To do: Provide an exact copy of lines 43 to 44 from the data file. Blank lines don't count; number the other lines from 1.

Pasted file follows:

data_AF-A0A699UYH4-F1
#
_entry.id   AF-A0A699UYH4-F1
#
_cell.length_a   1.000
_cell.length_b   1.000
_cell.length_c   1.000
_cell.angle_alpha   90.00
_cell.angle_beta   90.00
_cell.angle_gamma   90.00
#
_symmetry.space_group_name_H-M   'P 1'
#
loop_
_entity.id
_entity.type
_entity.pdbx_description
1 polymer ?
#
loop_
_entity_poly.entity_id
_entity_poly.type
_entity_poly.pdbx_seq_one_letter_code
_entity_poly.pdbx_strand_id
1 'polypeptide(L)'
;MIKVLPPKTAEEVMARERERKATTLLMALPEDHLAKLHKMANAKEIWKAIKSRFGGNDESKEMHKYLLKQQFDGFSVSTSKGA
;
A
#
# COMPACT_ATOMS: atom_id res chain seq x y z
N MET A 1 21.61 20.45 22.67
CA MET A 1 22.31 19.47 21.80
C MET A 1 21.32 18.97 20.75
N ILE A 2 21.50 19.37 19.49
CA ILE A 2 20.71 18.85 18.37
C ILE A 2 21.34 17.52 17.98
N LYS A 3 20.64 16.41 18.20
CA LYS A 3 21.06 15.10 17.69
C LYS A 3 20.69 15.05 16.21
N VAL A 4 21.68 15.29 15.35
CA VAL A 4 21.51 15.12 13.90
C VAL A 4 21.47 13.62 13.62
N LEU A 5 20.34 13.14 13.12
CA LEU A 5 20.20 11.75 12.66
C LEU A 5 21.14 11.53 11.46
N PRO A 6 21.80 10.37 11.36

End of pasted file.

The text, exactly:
N LEU A 5 20.34 13.14 13.12
CA LEU A 5 20.20 11.75 12.66